From a poignant tribute to Maynard’s mother to railing against television, messages of hope and indictments of man’s great crimes culiminate to form the latest Tool record.
As Tool is my favorite band I’ll do my best to keep this review brief. The album really speaks for itself.
The album contains very classical elements, including influences of 1960s & 1970s rock & roll (including Led Zeppelin and Pink Floyd), as well as the influences of Jazz & Blues. These are found alongside the “progressive rock” sound Tool is known for, and the two sounds transit seamlessly between one another.
Part of the motive for Keenan’s vocal stylings are revealed in the two-song tribute to his mother Judith Marie Keenan (“Wings for Marie (Pt 1)” and “10,000 Days (Wings Pt 2)”). In the latter, a mention is made to the gift his mother passed on to him, which seems to indicate a large role Keenan’s mother played in his development of his voice.
Each song on the record hits hard in its own way.
Loving rememberance for his mother and dispisement of superficial Christians who would attend her funeral are brought out in “Wings for Maire” and “10,000 Days.”
The human tendency toward being swept up in illusions and habits in “Vicarious,” as well as the two-part “Lost Keys (Blame Hofmann),” and “Rosetta Stoned.” The last even gives claim to the doom of man under a particular ailment.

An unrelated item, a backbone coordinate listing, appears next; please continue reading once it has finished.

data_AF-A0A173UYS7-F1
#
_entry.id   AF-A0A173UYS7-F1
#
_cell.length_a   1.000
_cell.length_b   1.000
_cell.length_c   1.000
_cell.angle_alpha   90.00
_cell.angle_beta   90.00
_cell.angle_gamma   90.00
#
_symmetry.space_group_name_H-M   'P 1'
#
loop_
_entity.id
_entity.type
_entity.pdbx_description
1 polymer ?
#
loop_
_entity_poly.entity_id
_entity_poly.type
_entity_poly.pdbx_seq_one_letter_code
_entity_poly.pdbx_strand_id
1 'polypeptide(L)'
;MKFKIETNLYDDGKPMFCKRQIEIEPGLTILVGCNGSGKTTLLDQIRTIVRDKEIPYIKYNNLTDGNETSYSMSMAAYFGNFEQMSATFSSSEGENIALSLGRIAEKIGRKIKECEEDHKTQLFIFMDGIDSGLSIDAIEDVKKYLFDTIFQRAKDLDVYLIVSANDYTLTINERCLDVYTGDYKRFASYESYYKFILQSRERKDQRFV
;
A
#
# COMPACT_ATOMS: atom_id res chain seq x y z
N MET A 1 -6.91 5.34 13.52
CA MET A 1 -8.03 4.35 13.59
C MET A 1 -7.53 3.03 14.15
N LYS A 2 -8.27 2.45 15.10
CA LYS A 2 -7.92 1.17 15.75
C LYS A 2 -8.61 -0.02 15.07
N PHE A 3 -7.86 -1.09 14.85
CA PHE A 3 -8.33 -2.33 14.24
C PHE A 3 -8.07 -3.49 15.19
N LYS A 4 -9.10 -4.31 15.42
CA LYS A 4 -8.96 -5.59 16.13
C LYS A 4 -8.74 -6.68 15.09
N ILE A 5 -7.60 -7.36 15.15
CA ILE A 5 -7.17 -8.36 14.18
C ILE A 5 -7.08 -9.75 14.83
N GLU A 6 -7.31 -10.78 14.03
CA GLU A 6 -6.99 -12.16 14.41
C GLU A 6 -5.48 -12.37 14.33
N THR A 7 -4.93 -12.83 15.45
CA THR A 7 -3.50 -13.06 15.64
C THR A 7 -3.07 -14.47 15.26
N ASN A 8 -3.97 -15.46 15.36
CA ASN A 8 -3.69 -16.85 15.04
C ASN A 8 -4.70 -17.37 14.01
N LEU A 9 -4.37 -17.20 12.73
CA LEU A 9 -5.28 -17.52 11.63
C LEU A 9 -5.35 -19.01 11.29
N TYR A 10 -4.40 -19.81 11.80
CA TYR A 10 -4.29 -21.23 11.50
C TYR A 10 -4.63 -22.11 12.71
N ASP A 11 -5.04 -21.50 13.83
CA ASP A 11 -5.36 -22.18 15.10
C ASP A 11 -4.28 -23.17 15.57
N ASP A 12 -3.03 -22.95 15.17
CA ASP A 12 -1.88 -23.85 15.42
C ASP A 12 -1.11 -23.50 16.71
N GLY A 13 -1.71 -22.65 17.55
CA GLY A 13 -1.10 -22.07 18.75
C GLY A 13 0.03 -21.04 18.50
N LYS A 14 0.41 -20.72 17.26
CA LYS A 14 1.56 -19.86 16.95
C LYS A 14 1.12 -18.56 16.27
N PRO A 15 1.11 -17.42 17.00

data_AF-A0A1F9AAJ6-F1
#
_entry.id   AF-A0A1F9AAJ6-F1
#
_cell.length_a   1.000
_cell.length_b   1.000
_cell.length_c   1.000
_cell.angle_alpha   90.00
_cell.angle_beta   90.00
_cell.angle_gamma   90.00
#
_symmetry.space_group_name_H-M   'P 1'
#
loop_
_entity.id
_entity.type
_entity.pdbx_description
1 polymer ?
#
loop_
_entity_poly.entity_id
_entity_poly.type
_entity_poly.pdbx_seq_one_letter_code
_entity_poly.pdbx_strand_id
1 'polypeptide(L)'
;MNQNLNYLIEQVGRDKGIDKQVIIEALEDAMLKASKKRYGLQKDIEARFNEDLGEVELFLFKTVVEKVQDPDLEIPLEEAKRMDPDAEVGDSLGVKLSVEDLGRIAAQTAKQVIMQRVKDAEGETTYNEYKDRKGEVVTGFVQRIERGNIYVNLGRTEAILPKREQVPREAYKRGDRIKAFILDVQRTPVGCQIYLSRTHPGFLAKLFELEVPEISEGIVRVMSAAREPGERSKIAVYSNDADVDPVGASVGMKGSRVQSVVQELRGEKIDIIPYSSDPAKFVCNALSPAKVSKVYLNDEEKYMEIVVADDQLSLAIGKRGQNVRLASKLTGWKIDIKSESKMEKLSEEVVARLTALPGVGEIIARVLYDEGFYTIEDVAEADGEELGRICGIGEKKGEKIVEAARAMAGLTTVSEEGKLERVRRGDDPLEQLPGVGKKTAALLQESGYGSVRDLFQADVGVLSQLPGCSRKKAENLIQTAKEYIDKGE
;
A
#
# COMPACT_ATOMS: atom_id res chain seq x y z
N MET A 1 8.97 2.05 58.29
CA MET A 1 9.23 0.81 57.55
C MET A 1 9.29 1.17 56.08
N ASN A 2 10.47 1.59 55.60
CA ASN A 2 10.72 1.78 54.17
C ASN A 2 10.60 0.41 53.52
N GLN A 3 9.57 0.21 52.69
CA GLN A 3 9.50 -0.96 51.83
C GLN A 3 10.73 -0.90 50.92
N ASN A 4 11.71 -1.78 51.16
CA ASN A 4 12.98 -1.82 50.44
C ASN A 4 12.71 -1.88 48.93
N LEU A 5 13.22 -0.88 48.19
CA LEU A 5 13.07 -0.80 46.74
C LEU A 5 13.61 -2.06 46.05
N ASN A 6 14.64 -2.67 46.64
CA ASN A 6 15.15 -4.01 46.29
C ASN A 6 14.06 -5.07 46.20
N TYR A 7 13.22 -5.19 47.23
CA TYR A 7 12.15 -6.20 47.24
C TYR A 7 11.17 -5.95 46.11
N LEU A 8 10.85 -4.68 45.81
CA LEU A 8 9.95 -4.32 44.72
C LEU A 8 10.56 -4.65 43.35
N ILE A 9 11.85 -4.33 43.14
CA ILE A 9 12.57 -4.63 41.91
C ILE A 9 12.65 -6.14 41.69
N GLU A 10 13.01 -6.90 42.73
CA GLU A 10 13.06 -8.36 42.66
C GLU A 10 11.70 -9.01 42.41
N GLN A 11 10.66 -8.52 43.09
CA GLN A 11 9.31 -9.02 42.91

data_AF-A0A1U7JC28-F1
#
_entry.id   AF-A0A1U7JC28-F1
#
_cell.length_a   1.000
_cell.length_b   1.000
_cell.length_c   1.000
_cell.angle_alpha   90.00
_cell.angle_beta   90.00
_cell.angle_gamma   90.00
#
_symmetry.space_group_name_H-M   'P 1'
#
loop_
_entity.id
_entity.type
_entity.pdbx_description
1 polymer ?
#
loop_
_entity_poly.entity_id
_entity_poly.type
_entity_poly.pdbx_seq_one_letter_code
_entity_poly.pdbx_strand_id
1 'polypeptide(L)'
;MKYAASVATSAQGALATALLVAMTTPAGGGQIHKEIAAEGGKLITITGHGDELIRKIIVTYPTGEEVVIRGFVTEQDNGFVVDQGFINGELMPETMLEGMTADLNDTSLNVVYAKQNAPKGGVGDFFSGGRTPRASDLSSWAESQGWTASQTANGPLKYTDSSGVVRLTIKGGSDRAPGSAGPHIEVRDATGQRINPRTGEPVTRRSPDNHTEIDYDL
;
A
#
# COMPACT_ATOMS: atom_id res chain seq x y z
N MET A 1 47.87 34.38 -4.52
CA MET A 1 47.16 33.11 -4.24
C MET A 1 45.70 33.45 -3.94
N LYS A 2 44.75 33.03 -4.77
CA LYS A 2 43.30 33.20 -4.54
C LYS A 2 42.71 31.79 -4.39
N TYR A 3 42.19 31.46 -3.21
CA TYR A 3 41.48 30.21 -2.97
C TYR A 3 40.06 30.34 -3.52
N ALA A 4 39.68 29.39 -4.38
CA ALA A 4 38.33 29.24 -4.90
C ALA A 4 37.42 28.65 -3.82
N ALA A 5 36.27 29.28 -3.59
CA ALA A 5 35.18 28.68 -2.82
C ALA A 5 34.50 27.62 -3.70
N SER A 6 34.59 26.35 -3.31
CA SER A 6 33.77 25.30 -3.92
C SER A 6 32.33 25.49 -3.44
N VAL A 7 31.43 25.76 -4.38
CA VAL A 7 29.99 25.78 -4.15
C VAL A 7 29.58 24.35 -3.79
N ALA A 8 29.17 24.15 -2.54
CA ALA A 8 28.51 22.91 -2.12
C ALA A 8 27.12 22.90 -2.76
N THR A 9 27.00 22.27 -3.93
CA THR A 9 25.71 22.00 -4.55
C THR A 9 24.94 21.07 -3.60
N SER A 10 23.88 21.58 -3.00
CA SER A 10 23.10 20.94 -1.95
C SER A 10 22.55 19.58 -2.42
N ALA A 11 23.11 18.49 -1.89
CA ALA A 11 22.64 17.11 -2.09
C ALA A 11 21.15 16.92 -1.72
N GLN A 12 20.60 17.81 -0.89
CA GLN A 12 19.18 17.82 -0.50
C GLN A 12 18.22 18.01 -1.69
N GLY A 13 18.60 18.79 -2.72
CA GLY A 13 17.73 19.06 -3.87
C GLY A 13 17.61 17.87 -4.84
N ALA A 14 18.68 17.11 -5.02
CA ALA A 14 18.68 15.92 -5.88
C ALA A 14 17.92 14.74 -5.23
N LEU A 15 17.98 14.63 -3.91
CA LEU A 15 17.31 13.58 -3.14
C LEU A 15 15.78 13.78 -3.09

“Vicarious” may fit the bill for “radio friendly,” as I don’t listen to the radio enough to make that determination. It seems odd to me, however, for a song as anti-television as it to be deemed such. It details the commercialization of tragedy via the media, to turn us all into their vehicles of profit.
“Rosetta Stoned” and its introduction “Lost Keys (Blame Hofmann)” are a story about a man on an acid trip who finds himself in the hospital still coming down. The medical personnel ask him what has happened, and he reveals the strange journey he has been through to be told the horrible fate man has in store for himself, except he has forgotten.
“The Pot” and “Right in Two” reveal the predatory, self-righteous nature of man in his quest for dominance. Musically, both are candidates for protest songs of Vietnam, transformed into a modern climate.
“Jambi” and “Intension” walk a line between hope and malevolence.
Finally, “Lipan Conjuring” and “Viginti Tres” confound us in their abstract, fragmented natures. The former is a First Nations track of chanting and drums, while the latter is a bizarre soundscape in the vein of “(-) ions.”
Anyway, as I said I’ve kept it short. I may add more if I feel it necessary, or alternatively write up my in-depth interpretations at a later date.